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Better tissue biomarker detection
BOSTON—Invicro LLC (which is a Konica Minolta company) announced March 9 that it had entered into a strategic research partnership with leading pathologist Dr. David Rimm to advance the development of Quanticell, Konica Minolta’s propriety tissue biomarker detection technology.
“With his unmatched knowledge and experience in anatomical pathology, product commercialization and late-stage clinical trials, Dr. Rimm is a leading pioneer in the quantitative pathology space,” said Dr. Ken Bloom, chief medical officer for Advance Pathology Solutions for Invicro. “We could not be happier to have him as a scientific research partner. I am highly confident that his efforts will support the advancement of Quanticell for specific drug development initiatives.”
Invicro, for its part, is a global provider of imaging biomarkers, core lab services, CAP-CLIA pathology services, advanced analytics and software solutions for drug discovery and development. Meanwhile, Rimm is a professor of pathology and medicine, the director of pathology tissue services and the director of translational pathology at Yale University.
As stated by Invicro, “Quanticell is an ultra-sensitive, quantitative, amplification-free technology that detects proteins at the cellular and subcellular level using photostable, highly bright phosphor-integrated dots (PIDs). This nanoparticle-based detection technology circumvents the limitations observed with traditional multiplex chromogenic and fluorescent-based assays, such as signal saturation, non-linearity and high background.”
Chromogenic-based immunohistochemistry (IHC) is a common technique and tools used both in research and clinical practice—one notable area being the development of companion diagnostics (CDx). However, while IHC is widely used, Invicro notes that “underperforming assays often require additional molecular testing due to narrow detection range. With expertise in quantitative and digital pathology and having invented the AQUA technology for predicting response to therapies or recurrence in a myriad of disease indications, Dr. Rimm and his research team will evaluate a multitude of assay conditions to assess Quanticell’s technology performance for quantifying HER-2 expression across a much wider dynamic range.”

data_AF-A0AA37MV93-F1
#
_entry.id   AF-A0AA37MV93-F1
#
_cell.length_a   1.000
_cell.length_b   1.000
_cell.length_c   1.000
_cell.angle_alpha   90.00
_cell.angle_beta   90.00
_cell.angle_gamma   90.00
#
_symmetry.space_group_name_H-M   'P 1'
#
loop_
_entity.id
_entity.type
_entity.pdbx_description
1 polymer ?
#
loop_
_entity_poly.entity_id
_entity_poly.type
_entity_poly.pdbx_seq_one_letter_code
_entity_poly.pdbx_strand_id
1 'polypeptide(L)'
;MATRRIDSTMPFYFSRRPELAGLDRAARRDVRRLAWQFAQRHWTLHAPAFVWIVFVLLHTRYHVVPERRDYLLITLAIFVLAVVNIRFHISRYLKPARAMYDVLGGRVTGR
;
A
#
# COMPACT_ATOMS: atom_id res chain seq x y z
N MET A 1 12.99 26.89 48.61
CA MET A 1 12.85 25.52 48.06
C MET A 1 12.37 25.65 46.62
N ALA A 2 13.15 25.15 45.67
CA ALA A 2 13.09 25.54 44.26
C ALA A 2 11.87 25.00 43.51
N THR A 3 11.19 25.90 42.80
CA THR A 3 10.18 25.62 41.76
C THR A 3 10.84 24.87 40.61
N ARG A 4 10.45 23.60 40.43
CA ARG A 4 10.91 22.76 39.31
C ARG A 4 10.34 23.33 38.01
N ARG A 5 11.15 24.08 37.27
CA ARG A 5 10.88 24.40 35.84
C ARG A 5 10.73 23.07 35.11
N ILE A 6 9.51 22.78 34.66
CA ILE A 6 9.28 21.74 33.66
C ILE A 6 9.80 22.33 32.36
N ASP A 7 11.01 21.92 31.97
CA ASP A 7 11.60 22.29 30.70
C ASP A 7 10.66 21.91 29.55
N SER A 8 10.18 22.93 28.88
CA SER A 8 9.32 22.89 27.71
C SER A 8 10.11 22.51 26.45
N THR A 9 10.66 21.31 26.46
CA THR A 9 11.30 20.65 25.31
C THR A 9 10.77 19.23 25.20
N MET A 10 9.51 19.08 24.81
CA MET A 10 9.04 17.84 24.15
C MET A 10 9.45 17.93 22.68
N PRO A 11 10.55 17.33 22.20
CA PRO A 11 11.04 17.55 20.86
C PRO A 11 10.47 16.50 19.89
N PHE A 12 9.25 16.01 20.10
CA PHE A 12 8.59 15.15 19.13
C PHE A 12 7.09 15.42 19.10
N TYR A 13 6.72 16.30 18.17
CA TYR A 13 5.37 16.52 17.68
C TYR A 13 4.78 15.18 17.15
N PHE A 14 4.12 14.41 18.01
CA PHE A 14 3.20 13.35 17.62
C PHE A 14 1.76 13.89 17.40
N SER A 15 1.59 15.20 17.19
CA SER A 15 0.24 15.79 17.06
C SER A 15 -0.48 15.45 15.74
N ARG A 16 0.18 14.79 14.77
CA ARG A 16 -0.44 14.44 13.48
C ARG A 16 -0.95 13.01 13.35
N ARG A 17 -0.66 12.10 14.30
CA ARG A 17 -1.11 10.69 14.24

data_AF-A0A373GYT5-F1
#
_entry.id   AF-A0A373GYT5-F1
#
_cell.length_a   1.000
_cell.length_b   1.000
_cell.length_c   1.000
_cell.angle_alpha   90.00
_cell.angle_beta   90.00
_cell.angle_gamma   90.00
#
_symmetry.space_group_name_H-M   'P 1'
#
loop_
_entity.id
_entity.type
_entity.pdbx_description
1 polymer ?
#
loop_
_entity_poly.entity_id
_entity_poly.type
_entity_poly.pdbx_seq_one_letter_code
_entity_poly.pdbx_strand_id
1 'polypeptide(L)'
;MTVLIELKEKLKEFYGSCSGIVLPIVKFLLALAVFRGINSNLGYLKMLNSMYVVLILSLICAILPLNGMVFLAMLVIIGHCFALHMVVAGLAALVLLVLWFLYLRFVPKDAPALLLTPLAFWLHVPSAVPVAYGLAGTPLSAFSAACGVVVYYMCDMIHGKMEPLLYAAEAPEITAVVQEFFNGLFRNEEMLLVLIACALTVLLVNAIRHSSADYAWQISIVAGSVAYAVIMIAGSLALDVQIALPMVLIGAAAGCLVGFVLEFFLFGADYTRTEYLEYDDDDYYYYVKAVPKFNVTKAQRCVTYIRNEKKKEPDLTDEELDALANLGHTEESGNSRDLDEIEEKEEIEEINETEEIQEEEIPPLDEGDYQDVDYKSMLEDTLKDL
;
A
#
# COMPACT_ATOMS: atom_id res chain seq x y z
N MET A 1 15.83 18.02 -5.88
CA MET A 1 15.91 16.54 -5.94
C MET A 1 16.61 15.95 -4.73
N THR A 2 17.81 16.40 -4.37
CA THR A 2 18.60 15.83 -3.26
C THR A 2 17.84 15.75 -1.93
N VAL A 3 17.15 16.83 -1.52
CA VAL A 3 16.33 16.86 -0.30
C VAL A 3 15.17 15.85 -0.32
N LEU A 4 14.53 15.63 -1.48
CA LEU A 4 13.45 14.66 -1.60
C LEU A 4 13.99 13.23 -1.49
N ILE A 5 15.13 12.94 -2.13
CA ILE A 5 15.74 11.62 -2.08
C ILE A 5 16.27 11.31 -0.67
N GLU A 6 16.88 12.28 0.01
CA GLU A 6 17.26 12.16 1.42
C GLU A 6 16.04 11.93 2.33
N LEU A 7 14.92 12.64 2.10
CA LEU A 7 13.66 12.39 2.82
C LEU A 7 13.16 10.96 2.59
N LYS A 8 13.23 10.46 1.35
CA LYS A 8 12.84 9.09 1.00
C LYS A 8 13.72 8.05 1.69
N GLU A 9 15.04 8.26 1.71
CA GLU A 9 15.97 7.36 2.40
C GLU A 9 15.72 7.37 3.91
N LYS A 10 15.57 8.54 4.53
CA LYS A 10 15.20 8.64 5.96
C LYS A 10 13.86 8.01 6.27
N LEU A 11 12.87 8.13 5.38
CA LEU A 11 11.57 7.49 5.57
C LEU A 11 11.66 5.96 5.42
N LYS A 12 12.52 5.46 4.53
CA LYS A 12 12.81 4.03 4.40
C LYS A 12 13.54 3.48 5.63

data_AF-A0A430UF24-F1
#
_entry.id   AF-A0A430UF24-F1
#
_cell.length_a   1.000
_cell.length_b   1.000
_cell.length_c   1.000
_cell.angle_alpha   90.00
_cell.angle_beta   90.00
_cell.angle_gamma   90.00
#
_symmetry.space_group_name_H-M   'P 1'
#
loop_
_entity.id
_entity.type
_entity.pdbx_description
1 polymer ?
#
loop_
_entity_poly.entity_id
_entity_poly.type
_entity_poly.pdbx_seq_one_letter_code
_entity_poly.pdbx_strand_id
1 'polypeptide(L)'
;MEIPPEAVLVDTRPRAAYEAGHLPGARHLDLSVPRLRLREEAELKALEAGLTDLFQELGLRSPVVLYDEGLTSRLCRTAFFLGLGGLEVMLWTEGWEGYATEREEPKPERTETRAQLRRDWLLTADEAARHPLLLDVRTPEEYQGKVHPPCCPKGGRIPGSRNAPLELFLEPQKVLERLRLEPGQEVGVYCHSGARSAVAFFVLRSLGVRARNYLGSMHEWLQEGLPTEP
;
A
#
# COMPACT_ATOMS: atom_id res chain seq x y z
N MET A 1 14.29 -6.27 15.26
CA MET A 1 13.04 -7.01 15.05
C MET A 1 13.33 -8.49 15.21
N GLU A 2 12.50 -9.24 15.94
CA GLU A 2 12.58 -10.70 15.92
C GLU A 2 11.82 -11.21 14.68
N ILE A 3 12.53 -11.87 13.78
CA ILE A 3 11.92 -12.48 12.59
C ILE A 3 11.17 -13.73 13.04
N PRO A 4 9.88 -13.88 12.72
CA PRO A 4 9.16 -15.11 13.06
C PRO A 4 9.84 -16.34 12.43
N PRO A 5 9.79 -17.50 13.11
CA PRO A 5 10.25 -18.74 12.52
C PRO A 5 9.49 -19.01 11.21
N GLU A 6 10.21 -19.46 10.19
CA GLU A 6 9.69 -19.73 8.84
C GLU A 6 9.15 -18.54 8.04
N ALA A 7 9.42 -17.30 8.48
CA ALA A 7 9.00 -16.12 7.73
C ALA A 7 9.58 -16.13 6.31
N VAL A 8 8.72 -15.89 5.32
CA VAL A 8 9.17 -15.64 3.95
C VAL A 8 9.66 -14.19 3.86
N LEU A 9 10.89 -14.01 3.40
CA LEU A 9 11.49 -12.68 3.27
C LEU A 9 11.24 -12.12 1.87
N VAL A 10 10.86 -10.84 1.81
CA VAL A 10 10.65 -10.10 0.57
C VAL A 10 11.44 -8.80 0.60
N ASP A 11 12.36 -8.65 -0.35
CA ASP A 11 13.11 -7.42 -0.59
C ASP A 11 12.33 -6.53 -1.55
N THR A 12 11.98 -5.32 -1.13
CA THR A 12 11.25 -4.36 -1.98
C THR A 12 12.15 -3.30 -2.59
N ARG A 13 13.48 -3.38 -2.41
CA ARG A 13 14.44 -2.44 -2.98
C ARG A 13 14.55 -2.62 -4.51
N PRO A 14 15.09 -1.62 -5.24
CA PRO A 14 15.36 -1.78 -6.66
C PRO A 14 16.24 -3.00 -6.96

Rimm said that he looks forward to working on potentially cutting-edge technology that has the potential to move molecular drug target testing forward and maximize therapeutic efficacy while also reducing undesired toxicity, adding: “In previous studies performed in my laboratory, we have found that HER-2 protein expression spanned three logs of dynamic range and discovered DAB-based methods typically only show a linear range of one log, which we hypothesize can be addressed with Konica Minolta’s novel detection technology.”
In other relatively recent news of the company (from very late January), Invicro announced that the paper “Synaptic Density Marker SV2A is Reduced in Schizophrenia Patients and Unaffected by Antipsychotics in Rats” had been published in Nature Communications.
Invicro scientists based in London scientists—Dr. Lisa Wells, Eugenii (Ilan) Rabiner and Dr. Roger Gunn—were co-authors of this study, which investigated synaptic vesicle glycoprotein 2A (SV2A) levels and their relationship to symptoms and structural brain measures in patients with schizophrenia using positron emission tomography (PET). The key findings indicated lower synaptic terminal protein levels in schizophrenia in vivo and that antipsychotic drug exposure is unlikely to account for them.
“This pioneering work utilizes novel developments in the imaging of the human brain to evaluate in the living brain previous post-mortem findings,” stated Rabiner, who is executive vice president of translational applications for Invicro and a reader in molecular neuroimaging at King’s College London.
Changes in brain anatomy, including loss of synapses, has been hypothesized to play an important role in schizophrenia. This publication is reportedly the first to examine synaptic density with regard to schizophrenia in the living human brain. The authors used a novel PET imaging biomarker ([11C]UCB-J) and PET to demonstrate lower levels of synaptic density in the frontal and anterior cingulate cortices of schizophrenics.